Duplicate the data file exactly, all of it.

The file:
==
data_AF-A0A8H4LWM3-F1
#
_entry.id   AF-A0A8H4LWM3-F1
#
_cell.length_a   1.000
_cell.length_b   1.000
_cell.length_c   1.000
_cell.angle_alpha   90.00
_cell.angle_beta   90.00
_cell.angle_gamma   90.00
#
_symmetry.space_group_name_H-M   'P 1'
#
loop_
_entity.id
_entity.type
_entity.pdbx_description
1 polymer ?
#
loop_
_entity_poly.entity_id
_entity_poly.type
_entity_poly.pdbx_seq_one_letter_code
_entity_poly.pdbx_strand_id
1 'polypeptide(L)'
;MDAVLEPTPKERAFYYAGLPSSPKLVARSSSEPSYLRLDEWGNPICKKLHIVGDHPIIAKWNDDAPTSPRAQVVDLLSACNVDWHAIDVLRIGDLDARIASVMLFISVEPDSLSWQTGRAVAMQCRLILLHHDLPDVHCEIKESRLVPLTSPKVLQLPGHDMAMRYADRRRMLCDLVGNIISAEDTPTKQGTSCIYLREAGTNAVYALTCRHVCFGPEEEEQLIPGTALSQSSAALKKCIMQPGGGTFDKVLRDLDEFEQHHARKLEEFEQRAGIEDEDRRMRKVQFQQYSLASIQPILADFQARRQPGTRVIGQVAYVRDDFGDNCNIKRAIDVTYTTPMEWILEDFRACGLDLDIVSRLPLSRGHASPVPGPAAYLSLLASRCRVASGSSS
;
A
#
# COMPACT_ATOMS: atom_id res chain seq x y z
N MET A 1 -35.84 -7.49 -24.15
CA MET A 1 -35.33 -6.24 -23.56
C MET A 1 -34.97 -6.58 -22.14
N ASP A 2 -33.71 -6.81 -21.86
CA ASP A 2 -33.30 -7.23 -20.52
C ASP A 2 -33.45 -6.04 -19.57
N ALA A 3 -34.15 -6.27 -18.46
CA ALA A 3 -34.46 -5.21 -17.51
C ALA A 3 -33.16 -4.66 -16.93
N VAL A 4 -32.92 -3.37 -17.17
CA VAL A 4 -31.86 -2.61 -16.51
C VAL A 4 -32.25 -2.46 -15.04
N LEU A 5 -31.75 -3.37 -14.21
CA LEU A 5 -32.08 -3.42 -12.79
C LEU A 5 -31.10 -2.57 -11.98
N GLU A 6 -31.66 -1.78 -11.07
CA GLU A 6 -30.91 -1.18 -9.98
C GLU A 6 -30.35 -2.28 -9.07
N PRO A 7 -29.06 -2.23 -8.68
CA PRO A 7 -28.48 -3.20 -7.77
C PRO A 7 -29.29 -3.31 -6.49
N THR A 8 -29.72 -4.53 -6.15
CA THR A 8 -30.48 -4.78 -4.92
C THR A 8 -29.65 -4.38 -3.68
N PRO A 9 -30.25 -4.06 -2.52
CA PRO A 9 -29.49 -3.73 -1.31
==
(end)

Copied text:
data_AF-A0A8H4LWM3-F1
#
_entry.id   AF-A0A8H4LWM3-F1
#
_cell.length_a   1.000
_cell.length_b   1.000
_cell.length_c   1.000
_cell.angle_alpha   90.00
_cell.angle_beta   90.00
_cell.angle_gamma   90.00
#
_symmetry.space_group_name_H-M   'P 1'
#
loop_
_entity.id
_entity.type
_entity.pdbx_description
1 polymer ?
#
loop_
_entity_poly.entity_id
_entity_poly.type
_entity_poly.pdbx_seq_one_letter_code
_entity_poly.pdbx_strand_id
1 'polypeptide(L)'
;MDAVLEPTPKERAFYYAGLPSSPKLVARSSSEPSYLRLDEWGNPICKKLHIVGDHPIIAKWNDDAPTSPRAQVVDLLSACNVDWHAIDVLRIGDLDARIASVMLFISVEPDSLSWQTGRAVAMQCRLILLHHDLPDVHCEIKESRLVPLTSPKVLQLPGHDMAMRYADRRRMLCDLVGNIISAEDTPTKQGTSCIYLREAGTNAVYALTCRHVCFGPEEEEQLIPGTALSQSSAALKKCIMQPGGGTFDKVLRDLDEFEQHHARKLEEFEQRAGIEDEDRRMRKVQFQQYSLASIQPILADFQARRQPGTRVIGQVAYVRDDFGDNCNIKRAIDVTYTTPMEWILEDFRACGLDLDIVSRLPLSRGHASPVPGPAAYLSLLASRCRVASGSSS
;
A
#
# COMPACT_ATOMS: atom_id res chain seq x y z
N MET A 1 -35.84 -7.49 -24.15
CA MET A 1 -35.33 -6.24 -23.56
C MET A 1 -34.97 -6.58 -22.14
N ASP A 2 -33.71 -6.81 -21.86
CA ASP A 2 -33.30 -7.23 -20.52
C ASP A 2 -33.45 -6.04 -19.57
N ALA A 3 -34.15 -6.27 -18.46
CA ALA A 3 -34.46 -5.21 -17.51
C ALA A 3 -33.16 -4.66 -16.93
N VAL A 4 -32.92 -3.37 -17.17
CA VAL A 4 -31.86 -2.61 -16.51
C VAL A 4 -32.25 -2.46 -15.04
N LEU A 5 -31.75 -3.37 -14.21
CA LEU A 5 -32.08 -3.42 -12.79
C LEU A 5 -31.10 -2.57 -11.98
N GLU A 6 -31.66 -1.78 -11.07
CA GLU A 6 -30.91 -1.18 -9.98
C GLU A 6 -30.35 -2.28 -9.07
N PRO A 7 -29.06 -2.23 -8.68
CA PRO A 7 -28.48 -3.20 -7.77
C PRO A 7 -29.29 -3.31 -6.49
N THR A 8 -29.72 -4.53 -6.15
CA THR A 8 -30.48 -4.78 -4.92
C THR A 8 -29.65 -4.38 -3.68
N PRO A 9 -30.25 -4.06 -2.52
CA PRO A 9 -29.49 -3.73 -1.31